When we don't answer these questions as a community, when we have no agreements about why we belong together, the institutions we create to serve us become battle grounds that serve no one. All energy goes into warring agendas, new regulations, stronger protective measures against those we dislike and fear. We look for ourselves in these institutions and can't find anyone we recognize. We grow more demanding and less satisfied. Our institutions dissipate into incoherence and impotence. They do serve us, but only as mirrors that reflect back to us the lack of cohering agreements at the heart of our community. Without these agreements about why we belong together, we can never develop institutions that make any sense at all. In the absence of these agreements, our instinct of community leads us to a community of "me" not a community of "we."
Most public meetings, although originating from a democratic ideal, serve only to increase our separation from one another. Agendas and processes try to honor our differences but end up increasing our distance. They are "public hearings" where nobody is listening and everyone is demanding air time. Communities aren't created from such processesÑthey are destroyed by the increasing fear and separation that these processes engender. Such public processes also generate the destructive power dynamics that emerge when people feel isolated and unheard.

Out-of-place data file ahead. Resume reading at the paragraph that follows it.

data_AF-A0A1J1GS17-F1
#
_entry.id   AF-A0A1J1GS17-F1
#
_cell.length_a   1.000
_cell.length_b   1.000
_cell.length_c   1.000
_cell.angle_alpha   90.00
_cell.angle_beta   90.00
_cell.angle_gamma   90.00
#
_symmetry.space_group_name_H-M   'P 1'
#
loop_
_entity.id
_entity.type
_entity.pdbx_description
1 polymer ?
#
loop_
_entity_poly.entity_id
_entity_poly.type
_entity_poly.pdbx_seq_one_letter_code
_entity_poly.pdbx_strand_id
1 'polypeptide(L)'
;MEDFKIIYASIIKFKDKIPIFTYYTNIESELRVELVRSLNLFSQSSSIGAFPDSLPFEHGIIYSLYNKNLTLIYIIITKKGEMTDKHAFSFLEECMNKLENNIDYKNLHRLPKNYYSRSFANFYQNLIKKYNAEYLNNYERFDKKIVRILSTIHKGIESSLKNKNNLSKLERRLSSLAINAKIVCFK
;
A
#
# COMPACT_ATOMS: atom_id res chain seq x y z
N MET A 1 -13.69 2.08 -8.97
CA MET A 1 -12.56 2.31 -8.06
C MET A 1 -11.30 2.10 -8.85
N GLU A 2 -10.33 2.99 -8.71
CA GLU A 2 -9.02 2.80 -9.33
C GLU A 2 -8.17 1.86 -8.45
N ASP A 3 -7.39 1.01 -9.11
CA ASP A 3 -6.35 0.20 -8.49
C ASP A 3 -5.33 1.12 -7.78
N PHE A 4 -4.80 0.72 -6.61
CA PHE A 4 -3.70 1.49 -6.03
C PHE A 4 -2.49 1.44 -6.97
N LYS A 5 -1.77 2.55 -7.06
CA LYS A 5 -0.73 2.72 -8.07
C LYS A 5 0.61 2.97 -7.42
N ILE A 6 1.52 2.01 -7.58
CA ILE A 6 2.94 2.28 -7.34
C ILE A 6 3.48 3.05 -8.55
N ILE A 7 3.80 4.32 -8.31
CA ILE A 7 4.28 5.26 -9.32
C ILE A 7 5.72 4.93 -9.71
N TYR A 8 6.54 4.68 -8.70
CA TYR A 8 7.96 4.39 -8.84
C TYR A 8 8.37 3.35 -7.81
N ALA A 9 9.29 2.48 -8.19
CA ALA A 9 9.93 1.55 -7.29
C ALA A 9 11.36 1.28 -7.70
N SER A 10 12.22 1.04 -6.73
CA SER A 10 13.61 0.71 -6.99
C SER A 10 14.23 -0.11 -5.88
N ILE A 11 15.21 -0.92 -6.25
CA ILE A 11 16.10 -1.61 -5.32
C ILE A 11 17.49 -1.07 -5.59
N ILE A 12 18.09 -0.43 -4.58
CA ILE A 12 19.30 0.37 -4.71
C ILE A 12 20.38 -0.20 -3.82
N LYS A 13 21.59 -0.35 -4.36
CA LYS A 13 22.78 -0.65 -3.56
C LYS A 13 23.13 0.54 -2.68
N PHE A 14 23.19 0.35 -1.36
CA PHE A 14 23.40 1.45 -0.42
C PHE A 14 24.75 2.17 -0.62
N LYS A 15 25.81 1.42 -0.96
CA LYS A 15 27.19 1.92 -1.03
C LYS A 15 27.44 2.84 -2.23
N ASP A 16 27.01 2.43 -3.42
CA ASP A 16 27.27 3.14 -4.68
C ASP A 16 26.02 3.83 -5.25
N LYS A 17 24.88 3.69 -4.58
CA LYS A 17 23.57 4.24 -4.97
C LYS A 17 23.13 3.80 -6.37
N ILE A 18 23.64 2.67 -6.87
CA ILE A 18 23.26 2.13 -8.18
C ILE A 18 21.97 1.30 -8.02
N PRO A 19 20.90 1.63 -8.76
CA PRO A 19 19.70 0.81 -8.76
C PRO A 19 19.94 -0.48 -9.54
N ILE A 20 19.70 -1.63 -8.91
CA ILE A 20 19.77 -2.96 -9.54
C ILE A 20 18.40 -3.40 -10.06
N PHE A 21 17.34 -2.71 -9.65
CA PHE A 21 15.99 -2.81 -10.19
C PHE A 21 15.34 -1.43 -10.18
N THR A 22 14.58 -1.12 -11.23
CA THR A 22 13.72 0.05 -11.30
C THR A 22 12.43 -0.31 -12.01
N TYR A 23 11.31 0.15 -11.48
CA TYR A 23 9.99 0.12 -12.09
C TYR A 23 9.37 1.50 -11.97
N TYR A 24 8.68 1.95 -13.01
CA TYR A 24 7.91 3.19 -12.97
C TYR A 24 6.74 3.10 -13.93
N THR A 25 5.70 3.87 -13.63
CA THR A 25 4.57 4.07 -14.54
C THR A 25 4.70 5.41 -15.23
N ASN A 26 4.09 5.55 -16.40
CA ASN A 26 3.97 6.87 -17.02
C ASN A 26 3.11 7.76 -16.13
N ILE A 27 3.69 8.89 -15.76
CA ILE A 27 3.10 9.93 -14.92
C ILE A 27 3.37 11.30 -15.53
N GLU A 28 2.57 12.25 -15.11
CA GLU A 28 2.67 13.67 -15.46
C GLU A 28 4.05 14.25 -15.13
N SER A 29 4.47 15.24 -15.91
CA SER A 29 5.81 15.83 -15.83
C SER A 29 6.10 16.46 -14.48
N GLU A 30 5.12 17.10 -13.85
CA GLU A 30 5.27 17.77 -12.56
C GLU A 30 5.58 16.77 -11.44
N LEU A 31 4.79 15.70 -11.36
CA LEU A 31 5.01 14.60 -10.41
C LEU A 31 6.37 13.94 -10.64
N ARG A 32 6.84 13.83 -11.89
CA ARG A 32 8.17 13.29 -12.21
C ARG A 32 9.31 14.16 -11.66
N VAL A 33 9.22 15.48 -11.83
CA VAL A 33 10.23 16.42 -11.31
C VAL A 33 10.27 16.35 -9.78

We don't need more public hearings. We need much more public listening, in processes where we come together and commit to staying together long enough to discover those ideas and issues that are significant to each of us. We don't have to interpret an event or issue the same, but we do have to share a sense that it is significant. In our experience, as soon as people realize that others around them, no matter how different, share this sense of significance, they quickly move into new relationships with one another. They become able to work together, not because they have won anyone over to their view, but because they have connected in a deeper place, a place we identify as the organizing center or heart of the community.
All of us can reach entirely new levels of possibility together, possibilities that are not available from soap box rhetoric. To achieve this, we need to begin these conversations about purpose and shared significance and commit to staying in them. As we stay in the conversation, people start to work together rather than convince each other of who has more of the truth. We are capable of creating wonderful and vibrant communities when we discover what dreams of possibility we share. And always, those dreams become much greater than anything that was ever available when we were isolated from each other. The history of most community-organizing and great social change movements can be traced back to such conversations, conversations among friends and strangers who discovered a shared sense of what was important to them.